Krzysztof 'Chris' Daniel
Wardley Mapping is not for everyone
One of the first observations I made when I started my adventure with #wardleymapping was that maps were not appealing to everybody they should be. Most notably, successful executives were curious to hear about maps but reluctant to use them.
It was not that surprising, anyway.
If you happen to be successful, why should you even consider learning a new strategy framework if what you do is sufficient enough?
That lead me to develop my first hypothesis about who could be potentially interested in learning how to map:
people with a military background - because they already knew how important was situational awareness but they never saw this concept in business
Inquisitive people that were interested in new and novel stuff, and business field visualisation was definitely new, novel and appealing.
Executives in need - they have already tried everything they knew and were becoming open to testing things they did not know.
As you can see, there is something common between those three groups - it is the willingness to learn, and willingness to learn requires two conditions:
a mismatch between mental models and reality
enough of free processing power to notice that mismatch.
Those two conditions get a new dimension if you consider a key mantra of mapping - that you are the expert and that nobody knows your environment better than you.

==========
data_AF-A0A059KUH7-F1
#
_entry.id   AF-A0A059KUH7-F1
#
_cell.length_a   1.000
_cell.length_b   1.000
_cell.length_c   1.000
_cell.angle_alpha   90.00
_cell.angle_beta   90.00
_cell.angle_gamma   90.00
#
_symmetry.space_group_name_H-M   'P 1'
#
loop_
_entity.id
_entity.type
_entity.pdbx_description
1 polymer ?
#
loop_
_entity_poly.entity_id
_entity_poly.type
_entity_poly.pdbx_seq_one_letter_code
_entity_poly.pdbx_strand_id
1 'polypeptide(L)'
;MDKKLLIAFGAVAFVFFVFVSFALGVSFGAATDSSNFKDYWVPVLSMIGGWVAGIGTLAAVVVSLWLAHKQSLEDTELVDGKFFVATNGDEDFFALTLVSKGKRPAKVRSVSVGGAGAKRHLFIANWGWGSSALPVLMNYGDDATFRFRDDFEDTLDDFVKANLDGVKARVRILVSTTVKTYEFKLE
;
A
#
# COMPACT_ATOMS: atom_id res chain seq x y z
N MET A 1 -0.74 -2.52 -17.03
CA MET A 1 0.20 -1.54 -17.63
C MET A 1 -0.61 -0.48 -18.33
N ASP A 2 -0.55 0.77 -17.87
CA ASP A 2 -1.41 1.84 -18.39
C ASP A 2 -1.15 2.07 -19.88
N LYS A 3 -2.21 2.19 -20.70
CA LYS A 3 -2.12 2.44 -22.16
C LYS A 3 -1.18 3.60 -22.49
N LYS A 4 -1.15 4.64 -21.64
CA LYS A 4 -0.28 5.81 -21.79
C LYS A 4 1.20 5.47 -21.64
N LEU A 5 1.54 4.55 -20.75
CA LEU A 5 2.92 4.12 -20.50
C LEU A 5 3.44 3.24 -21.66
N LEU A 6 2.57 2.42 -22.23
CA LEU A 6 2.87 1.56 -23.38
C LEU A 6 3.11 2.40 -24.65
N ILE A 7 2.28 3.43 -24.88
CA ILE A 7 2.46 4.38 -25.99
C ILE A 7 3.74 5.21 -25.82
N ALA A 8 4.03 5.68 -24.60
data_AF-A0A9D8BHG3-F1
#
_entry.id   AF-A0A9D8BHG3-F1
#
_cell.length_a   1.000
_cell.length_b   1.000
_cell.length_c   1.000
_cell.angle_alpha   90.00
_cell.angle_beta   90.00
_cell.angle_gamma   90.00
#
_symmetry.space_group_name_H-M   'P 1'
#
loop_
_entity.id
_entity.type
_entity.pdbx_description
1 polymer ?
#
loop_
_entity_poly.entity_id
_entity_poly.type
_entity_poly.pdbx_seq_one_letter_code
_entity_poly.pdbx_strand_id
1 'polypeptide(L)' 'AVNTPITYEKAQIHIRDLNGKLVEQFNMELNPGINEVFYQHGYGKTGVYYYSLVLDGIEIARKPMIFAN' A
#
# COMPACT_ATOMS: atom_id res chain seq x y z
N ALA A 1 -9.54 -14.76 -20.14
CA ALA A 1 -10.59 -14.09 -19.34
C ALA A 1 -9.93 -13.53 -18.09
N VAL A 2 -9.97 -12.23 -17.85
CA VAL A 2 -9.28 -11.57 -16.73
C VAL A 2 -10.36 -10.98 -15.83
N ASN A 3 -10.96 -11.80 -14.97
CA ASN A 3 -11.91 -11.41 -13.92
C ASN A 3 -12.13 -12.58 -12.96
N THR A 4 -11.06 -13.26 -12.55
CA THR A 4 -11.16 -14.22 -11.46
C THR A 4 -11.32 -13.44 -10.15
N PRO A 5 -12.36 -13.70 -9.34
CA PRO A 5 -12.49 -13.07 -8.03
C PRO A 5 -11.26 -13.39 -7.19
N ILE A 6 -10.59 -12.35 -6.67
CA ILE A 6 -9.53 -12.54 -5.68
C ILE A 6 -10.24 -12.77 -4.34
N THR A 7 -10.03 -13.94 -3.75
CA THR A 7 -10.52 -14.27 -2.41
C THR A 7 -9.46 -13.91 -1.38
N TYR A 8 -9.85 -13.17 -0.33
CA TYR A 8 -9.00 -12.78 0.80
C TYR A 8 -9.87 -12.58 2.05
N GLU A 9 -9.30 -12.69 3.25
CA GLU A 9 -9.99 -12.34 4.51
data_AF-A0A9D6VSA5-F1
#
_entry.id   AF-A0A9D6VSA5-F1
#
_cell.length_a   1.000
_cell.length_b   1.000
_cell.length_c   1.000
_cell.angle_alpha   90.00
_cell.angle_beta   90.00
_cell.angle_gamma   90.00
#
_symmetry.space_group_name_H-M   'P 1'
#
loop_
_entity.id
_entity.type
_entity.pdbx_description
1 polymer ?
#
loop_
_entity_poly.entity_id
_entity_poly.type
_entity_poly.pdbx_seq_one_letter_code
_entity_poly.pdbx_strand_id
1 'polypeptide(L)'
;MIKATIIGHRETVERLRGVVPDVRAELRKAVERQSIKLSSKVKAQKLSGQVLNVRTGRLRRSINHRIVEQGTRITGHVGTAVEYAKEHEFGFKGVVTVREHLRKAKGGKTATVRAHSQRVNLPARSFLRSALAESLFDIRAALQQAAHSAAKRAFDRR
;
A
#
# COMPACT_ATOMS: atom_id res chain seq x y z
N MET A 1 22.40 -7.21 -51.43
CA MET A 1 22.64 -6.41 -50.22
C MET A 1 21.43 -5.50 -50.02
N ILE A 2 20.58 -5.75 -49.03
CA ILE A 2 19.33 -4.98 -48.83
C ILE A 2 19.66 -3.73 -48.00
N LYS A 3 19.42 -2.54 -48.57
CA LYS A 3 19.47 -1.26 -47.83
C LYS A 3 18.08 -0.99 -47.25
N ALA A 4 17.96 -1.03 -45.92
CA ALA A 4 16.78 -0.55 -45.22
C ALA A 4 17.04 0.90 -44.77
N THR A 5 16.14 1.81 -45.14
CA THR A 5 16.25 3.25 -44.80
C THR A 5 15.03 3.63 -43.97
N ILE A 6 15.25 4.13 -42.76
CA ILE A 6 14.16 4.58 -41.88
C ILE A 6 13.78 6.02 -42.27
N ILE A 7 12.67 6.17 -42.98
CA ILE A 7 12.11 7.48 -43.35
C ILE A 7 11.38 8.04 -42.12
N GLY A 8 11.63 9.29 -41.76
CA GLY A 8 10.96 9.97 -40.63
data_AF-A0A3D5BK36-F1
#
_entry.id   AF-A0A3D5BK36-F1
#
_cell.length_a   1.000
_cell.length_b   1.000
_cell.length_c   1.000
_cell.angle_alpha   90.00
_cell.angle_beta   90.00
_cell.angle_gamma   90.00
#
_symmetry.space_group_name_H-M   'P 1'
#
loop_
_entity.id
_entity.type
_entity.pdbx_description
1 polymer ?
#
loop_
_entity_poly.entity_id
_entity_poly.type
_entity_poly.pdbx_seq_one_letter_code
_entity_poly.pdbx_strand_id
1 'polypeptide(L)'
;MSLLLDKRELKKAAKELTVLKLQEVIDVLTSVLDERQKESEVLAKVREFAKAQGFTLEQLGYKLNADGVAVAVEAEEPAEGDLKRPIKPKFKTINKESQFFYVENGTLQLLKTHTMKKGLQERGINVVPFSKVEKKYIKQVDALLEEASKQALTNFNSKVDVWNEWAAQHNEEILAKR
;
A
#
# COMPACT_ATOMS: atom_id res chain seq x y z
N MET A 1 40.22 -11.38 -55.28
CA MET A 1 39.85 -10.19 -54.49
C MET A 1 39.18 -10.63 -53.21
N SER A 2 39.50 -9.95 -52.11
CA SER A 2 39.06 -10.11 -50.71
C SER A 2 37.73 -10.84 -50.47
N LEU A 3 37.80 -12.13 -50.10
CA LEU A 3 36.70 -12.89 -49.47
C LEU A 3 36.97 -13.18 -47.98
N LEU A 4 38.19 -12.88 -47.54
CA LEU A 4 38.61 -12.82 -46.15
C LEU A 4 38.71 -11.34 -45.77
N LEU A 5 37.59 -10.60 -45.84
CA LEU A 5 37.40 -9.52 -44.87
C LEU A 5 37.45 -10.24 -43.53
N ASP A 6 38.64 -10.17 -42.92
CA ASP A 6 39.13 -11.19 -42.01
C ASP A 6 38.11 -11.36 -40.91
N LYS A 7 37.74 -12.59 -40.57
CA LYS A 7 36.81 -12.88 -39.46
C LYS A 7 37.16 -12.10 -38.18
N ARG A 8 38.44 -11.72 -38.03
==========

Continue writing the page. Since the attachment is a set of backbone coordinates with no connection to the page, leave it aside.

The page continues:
There are many differences between what you expect and what you get; the fundamental question is: can you pay attention to them? Can you identify and exploit the opportunities they render?
Note that since you are the expert, you cannot expect anyone to tell you where you are wrong and where should you focus. This is your responsibility and your journey. You can delegate research of smaller mental models, but the big picture is on you.
It is surprisingly easy to get caught into action madness and start relentlessly execute things. But without a deliberate effort to evaluate the validity of your models in the light of results you have got... any success is a pure coincidence.
Wardley Maps can converge individual thinking paths, but without repeated execution and evaluation, you will never get a chance to figure out whether you have converged on the right path.
People need strong incentives to change, so if they do not spend time looking for opportunities to learn before they learn Wardley Mapping, they will not do it after they learned Wardley Mapping.
If you want to start your adventure with strategy, the first step is not doctrine, Wardley Mapping workshop, or even reading Sun Tzu.
The first step is to make regular time for strategic thinking.